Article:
The leaders of British Columbia’s two main political parties sprinted to get their message out Monday, one day before the finish line would deliver one of them an election victory.
New Democrat Leader Adrian Dix was to campaign for 24 hours straight, making 15 election stops during his 1,700- kilometre tour as far north as Prince George.
He planned to continue his efforts to woo voters until 7 a.m. Tuesday, an hour before polls open.
Liberal Leader Christy Clark also had a long day ahead, with 10 events scheduled until Monday night in her home riding of Vancouver-Point Grey.
For Clark, the last full day of campaigning was similar to the first, as she warned voters about what the New Democrats could do to the provincial economy.
Surrounded by Liberal candidates in a packed office in Surrey, B.C., Clark said only the Liberals can save the province from the NDP.
“Every one of you has it in your power to stop the NDP’s out-of-control spending that will drive British Columbia back into the ditch we were in the 1990s.”
“We can stop the NDP from driving us deeper into debt. We can stop the NDP from raising taxes on our families. We can stop the NDP from sending our kids to Alberta to find jobs.”
Dix said that if the New Democrats win the election the party would be inheriting a negative fiscal situation and a jobs plan that actually shed employment.
He agreed that the economy is a top priority and said the New Democrats would work with business, labour and communities to invest in skills training.
“A platform that is pro economic growth but takes care of our environment. We don’t believe that there’s a contradiction there,” he said in the opening hours of his 24-hour marathon.
“I think that people who vote on the economy in this election need to seriously consider voting for the B.C. NDP,” he told reporters.
Clark’s Liberals were well back in the polls when the election campaign started last month, but recent surveys say she’s managed to close the gap.
She even took a few minutes to chide Dix for his 24-hour campaign, saying he was taking voters for granted.
“The NDP marathon tour reminds me of the kid who forgot to do his homework and then at the last minute, the night before, decides to cram for the exam,” she said. “My experience is if you want to succeed on exam day, you do your homework for the month before.”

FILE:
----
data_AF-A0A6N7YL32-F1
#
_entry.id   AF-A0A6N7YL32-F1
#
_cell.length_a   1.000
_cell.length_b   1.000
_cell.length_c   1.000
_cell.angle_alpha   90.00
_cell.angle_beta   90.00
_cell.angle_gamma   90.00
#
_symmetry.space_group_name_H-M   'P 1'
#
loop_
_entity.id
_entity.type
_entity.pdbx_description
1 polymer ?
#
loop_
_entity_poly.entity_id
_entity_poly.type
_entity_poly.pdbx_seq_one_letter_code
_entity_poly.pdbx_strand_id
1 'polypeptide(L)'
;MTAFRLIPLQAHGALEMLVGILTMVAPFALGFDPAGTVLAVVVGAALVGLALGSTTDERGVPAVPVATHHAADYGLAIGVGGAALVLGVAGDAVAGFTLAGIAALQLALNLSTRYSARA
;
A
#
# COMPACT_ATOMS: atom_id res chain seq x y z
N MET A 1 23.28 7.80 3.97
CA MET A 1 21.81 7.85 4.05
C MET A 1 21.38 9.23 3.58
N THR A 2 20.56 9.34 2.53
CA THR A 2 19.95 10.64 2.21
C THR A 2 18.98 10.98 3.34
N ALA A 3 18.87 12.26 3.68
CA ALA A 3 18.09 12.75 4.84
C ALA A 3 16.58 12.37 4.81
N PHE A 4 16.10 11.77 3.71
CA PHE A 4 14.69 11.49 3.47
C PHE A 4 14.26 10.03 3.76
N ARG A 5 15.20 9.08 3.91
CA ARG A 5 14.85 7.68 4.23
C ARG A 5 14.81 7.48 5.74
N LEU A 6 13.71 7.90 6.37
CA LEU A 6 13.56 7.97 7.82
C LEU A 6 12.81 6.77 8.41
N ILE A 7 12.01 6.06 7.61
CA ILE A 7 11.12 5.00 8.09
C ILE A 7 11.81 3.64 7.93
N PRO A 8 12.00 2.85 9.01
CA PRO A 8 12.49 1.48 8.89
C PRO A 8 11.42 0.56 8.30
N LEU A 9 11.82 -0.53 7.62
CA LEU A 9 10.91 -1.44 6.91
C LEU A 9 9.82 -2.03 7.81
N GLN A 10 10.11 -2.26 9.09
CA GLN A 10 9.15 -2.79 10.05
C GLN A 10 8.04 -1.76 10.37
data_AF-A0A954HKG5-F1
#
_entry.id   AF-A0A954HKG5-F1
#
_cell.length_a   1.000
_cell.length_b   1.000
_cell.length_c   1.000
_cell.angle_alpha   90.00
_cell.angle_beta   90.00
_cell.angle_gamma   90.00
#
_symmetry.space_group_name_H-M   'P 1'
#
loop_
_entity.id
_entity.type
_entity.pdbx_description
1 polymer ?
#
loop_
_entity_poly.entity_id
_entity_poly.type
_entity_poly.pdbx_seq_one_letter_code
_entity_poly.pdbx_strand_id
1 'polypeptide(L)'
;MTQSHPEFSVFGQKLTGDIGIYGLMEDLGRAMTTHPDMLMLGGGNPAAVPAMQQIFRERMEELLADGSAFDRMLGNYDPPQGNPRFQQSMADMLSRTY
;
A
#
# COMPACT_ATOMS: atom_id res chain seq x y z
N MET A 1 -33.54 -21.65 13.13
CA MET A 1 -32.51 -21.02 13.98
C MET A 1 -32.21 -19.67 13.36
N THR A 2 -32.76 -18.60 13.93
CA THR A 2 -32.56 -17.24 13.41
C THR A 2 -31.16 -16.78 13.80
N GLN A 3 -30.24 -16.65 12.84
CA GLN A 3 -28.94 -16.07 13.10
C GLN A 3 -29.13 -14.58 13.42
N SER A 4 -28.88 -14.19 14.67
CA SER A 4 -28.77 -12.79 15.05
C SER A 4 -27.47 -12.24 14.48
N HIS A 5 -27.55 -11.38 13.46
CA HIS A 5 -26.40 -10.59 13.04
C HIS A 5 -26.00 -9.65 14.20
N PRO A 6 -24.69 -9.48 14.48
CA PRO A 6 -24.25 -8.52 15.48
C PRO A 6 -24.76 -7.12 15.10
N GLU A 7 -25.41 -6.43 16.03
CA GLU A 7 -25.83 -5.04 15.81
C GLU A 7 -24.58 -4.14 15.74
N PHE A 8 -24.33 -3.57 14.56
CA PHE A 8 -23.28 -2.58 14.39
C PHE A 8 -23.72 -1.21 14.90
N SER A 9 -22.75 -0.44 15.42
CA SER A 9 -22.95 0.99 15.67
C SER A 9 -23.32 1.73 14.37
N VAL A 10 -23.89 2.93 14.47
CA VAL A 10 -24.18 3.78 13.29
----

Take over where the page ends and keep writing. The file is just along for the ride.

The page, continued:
She said she was feeling really confident about Tuesday’s vote because party members worked very hard to succeed.
“As we’ve travelled the province and the momentum has built, I really have heard people talking about how important the economic questions are in front of them.”
Accompanied by her son Hamish, Clark campaigned in the Lower Mainland and southern Vancouver Island Monday.
On a campaign swing through Courtenay, B.C., Dix said he always knew the election would be close.
“If people want change they have to stick together and vote NDP. We want to govern and make things better for B.C. And that’s what this election is about.”
In Williams Lake, Dix was greeted by a small but enthusiastic crowd at the airport.
“What time is it? It’s time for a change,” the two dozen people chanted.
Former BC rail supervisor Wayne Potter showed up to greet Dix, saying he’s been waiting for more than a decade to see the NDP toss the liberals from office.
“The Liberals devastated everything, including myself,” said Potter, adding he suffered a heart attack due partly to the stress of losing his railway job.
“I’ve been waiting for 10 years for this.”
In the dying hours of the election, the Liberal party released what it said was a document revealing the NDP’s real plans if it forms government on Tuesday.
Finance Minister Mike de Jong’s said the November 2010 policy document from the New Democrats said the party would eliminate independently owned beer and wine stores, cut funding to private schools while providing free post-secondary education and nationalize independent power projects.
“That is a philosophical approach to governance that will influence a whole series of decisions, whether or not Mr. Dix ever reveals that or confirms that directly that is an attitude towards the development of our future that apparently exists within the leadership of the NDP,” de Jong told a news conference.
Dix brushed off the claims, saying the Liberals are simply playing games.
“Our platform is our agenda for government, and that is clear.”